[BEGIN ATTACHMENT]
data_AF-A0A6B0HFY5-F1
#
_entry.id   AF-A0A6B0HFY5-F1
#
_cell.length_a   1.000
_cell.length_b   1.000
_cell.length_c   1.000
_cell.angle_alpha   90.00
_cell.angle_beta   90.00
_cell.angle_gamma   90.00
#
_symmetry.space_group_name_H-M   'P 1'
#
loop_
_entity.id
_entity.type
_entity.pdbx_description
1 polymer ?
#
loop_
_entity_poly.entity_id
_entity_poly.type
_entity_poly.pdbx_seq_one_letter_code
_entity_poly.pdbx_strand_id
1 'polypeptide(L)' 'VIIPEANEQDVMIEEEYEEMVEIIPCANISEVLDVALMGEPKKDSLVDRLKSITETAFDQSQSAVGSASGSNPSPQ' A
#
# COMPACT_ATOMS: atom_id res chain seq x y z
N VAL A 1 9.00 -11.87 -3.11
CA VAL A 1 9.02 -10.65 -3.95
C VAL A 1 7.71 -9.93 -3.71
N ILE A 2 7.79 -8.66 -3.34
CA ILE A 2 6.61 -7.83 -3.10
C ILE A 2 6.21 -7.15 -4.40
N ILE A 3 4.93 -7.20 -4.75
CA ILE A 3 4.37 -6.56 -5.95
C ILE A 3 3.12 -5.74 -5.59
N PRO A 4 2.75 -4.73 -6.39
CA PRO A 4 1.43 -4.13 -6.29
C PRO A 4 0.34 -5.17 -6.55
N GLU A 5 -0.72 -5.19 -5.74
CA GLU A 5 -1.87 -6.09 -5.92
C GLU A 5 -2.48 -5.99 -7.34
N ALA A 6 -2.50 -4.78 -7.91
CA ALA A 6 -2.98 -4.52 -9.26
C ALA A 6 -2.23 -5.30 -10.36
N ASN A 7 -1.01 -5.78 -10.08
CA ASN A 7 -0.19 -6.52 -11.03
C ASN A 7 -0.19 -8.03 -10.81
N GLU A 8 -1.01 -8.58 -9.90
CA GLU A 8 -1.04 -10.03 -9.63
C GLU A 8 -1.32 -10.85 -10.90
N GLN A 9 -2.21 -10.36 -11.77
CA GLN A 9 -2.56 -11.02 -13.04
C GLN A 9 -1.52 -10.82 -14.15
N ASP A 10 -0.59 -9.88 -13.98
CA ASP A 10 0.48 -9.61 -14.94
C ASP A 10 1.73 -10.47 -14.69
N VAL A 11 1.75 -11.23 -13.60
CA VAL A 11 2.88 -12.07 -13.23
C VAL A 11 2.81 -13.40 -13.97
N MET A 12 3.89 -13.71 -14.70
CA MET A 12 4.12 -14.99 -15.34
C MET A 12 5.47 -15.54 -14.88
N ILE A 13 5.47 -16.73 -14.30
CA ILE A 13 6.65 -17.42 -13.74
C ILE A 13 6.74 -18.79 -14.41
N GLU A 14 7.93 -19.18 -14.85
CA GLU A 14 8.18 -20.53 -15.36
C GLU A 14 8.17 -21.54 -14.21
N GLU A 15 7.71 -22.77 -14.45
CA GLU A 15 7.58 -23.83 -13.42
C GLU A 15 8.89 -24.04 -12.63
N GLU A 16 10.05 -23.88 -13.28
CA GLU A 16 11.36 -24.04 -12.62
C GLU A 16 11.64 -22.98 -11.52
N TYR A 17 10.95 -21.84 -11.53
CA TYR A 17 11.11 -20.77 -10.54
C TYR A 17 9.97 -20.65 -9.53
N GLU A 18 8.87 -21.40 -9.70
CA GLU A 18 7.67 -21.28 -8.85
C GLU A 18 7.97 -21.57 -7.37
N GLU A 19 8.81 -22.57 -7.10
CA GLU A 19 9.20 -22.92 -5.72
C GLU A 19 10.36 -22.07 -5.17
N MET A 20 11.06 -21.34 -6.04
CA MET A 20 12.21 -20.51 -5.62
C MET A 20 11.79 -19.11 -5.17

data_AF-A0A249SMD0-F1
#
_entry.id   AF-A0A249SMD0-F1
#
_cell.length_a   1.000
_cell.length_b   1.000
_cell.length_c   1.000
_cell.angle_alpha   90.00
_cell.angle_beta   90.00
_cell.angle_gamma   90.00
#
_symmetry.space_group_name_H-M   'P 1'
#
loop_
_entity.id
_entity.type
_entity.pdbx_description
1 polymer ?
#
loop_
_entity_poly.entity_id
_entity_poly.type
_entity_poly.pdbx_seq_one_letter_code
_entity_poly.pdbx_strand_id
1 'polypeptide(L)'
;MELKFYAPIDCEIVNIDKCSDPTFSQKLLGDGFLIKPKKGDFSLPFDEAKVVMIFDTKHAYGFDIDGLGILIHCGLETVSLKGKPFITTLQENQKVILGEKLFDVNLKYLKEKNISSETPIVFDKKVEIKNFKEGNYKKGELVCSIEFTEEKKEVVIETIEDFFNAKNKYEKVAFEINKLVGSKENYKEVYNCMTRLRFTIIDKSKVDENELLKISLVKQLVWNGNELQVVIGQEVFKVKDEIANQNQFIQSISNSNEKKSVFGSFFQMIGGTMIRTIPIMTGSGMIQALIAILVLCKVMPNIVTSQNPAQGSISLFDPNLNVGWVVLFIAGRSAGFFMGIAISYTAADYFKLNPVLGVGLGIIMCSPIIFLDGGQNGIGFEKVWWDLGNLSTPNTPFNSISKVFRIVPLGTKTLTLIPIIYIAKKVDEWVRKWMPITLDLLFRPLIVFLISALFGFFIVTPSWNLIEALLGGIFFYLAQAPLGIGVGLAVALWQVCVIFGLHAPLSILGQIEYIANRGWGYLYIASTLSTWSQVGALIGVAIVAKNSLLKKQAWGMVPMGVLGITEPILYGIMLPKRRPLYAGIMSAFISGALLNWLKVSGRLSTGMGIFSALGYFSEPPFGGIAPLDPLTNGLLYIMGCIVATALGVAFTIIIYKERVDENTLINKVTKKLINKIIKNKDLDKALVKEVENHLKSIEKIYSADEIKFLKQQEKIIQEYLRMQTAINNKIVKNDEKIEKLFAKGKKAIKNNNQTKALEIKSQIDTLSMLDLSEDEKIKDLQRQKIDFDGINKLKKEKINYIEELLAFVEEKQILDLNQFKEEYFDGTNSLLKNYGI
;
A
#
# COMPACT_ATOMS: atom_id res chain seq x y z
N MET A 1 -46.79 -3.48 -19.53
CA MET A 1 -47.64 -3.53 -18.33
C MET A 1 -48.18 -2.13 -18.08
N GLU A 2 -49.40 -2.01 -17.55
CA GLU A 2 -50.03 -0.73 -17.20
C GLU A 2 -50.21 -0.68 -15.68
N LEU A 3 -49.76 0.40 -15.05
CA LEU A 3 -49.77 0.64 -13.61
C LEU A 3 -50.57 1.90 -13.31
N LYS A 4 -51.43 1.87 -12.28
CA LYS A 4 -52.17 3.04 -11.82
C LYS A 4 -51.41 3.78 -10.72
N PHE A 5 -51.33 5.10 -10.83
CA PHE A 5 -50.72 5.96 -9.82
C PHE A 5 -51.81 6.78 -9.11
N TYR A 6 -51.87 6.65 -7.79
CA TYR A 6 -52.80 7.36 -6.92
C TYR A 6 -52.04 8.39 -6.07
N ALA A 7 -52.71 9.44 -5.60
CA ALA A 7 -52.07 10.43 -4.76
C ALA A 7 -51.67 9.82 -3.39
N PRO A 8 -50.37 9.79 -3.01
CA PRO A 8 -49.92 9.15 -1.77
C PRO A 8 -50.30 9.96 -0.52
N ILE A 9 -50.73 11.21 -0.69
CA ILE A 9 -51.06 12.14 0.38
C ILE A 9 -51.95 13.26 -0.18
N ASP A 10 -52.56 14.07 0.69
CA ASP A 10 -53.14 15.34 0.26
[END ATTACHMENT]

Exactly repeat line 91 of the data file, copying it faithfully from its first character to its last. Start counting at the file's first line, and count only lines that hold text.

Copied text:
#